It’s been a while since my last post. I still need to publish the last few chapters of “An Accident Spy”, which I intend to do over the next week or so.
For the past couple of weeks, I’ve been battling the “Savannah Crud”, i.e a sinus infection. Common this time of year, my only break came during a four-day trip to the mountains of North Carolina. Below is a photo taken during one of my morning walks.
Tired of fighting a losing battle, I made an appointment to see the PA at my doctor’s office. Arriving a few minutes early for my appointment, which is my M.O., I performed the customary shuttling between the waiting room, the exam room and the in-house lab for nearly two hours. And while I’m not a doctor, I did make a quick assessment of my competition in the waiting room. These were all some very sick, and in most cases, very elderly people. My “triage” didn’t make me feel any better, but I did take a few moments to count my blessings.
I did, however, make an interesting observation. While waiting for my turn in the lab, I struck up a conversation with a fellow waiter. He was an elderly man, somewhere in his late 80’s to early 90’s. I asked his name and he said “Taz was just fine.”. I remarked on the name, and I guessed that he was of Greek descent but that his accent was pure Savannah. Right on both counts. While we were talking, I noted long , vertical scars on both legs. Taz said those were the result of surgery to treat aggressive prostate cancer, along with chemo and radiation. Doctor’s gave him 6+ months to live in 2002. He’s made it 9 years now.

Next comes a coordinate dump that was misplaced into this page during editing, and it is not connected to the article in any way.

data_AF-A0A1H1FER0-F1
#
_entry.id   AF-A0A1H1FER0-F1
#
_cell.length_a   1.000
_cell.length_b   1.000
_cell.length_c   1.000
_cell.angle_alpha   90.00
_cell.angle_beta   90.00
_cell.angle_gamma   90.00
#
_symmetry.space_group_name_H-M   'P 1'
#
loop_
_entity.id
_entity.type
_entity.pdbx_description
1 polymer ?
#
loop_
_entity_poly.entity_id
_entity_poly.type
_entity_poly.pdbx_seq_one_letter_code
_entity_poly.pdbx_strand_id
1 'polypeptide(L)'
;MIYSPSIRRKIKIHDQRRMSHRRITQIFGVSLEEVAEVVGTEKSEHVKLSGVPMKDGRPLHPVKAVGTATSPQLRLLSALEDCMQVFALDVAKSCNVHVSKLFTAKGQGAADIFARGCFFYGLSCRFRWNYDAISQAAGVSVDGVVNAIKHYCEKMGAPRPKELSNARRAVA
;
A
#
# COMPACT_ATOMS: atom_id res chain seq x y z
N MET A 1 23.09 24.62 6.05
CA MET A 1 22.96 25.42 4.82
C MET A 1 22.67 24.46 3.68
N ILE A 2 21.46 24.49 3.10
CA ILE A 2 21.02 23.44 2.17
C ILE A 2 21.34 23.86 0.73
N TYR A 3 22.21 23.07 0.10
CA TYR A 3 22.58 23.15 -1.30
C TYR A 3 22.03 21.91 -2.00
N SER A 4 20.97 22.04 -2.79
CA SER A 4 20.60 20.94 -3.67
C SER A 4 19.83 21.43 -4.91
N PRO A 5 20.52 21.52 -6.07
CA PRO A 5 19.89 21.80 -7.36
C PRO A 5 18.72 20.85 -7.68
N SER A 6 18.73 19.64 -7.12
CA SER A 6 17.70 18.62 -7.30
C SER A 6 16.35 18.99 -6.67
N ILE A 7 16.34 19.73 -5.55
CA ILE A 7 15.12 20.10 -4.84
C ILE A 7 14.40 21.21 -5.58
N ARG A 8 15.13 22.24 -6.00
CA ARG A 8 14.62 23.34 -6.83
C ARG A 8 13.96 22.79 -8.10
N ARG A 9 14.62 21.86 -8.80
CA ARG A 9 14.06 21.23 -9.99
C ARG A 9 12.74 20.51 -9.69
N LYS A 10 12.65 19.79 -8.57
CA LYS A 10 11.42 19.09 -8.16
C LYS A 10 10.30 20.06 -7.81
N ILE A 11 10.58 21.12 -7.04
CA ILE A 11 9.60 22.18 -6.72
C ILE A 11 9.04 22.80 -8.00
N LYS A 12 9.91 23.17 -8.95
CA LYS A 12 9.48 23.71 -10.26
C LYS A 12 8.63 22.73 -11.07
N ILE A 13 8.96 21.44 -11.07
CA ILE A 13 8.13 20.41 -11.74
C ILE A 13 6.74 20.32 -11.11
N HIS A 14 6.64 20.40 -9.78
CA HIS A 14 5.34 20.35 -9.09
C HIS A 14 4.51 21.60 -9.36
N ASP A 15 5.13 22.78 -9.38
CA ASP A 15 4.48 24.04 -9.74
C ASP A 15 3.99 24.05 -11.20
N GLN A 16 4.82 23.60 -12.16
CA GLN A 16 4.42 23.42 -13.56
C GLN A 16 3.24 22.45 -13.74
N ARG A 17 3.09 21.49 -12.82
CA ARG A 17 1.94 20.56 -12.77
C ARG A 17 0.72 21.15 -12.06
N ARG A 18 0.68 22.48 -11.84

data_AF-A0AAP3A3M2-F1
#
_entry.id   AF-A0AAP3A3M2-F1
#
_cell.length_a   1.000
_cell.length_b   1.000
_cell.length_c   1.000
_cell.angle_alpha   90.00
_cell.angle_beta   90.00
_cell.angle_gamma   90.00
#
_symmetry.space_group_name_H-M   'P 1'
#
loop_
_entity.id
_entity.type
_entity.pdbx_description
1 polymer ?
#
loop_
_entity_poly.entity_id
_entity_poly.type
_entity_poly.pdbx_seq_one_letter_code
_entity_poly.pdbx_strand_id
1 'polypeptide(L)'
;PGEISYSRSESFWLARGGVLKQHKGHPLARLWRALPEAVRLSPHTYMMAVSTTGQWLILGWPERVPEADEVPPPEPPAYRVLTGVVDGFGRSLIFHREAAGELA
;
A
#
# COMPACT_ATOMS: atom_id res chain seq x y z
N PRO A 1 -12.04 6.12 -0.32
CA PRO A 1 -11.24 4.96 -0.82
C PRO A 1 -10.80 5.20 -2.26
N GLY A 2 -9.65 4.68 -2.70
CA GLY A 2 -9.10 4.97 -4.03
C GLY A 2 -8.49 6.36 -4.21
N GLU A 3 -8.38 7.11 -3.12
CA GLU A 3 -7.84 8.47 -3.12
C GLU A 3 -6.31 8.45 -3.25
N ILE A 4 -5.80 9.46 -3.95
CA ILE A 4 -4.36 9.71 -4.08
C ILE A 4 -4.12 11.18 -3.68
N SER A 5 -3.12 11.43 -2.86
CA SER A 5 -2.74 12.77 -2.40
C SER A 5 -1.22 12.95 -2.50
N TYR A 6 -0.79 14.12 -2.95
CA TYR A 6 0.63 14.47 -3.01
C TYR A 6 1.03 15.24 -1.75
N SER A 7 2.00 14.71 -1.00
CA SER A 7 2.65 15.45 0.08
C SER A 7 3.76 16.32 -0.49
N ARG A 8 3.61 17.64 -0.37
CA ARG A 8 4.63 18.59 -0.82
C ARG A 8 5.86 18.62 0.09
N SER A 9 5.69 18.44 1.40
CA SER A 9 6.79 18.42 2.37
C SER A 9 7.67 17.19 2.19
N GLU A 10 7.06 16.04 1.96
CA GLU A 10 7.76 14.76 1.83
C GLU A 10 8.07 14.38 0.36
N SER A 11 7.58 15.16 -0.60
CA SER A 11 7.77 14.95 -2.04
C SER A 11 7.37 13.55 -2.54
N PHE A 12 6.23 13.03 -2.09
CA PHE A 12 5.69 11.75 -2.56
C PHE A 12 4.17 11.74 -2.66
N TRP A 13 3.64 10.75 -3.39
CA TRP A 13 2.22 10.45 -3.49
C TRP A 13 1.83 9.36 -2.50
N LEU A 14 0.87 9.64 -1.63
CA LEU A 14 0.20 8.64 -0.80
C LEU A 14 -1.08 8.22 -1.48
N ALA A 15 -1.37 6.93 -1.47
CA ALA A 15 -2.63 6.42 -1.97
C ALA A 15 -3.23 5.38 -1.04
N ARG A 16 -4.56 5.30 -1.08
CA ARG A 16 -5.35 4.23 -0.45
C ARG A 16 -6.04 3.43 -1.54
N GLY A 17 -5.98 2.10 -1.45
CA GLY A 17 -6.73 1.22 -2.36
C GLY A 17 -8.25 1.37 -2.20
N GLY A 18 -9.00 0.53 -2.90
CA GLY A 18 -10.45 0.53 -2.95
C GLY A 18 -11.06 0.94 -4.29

We started talking about age and the issues that come with getting older. One of the toughest things for Taz to deal with was the loss of long-time friends. Having served in a B-24 Liberator during WWII, Taz is only one of three crew members from his ship that are still alive. He spoke of that time at length, his lower lip quivering from age, not emotion. Taz talked about the pilot, who at 28 was the senior member of the crew. Out of respect for his tenure, the crew called him “Pops”.
I asked Taz what station he manned on the B-24. He looked straight at me, then began jerking his head repeatedly to his right as he stuttered, “I was, I was, ah, ah, ah, I was a, I was the nose gunner.” The jerking and the stuttering stopped. He regained eye contact and broke into a huge grin. This was a routine he had performed many times over 60+ years and got a laugh each time, I’m sure. I laughed, not only at the story, but out of sheer relief that Taz wasn’t having a seizure. He explained that in the nose of the Liberator, he had “the best seat in the house” as he could see whether the ship was heading toward bad weather, anti-aircraft fire, enemy planes or any combination of the three.
As Taz wound down his stories, it occurred to me that these vignettes were being lost thousands of times each day as time claimed those involved. Encourage those around you to commit their experiences to print, so that these stories will live for future generatiions to enjoy. And wartime stories, while of personal interest to me, are only a fraction of the history experienced by our older family and friends. Make it a family project, before these treasures are lost forever.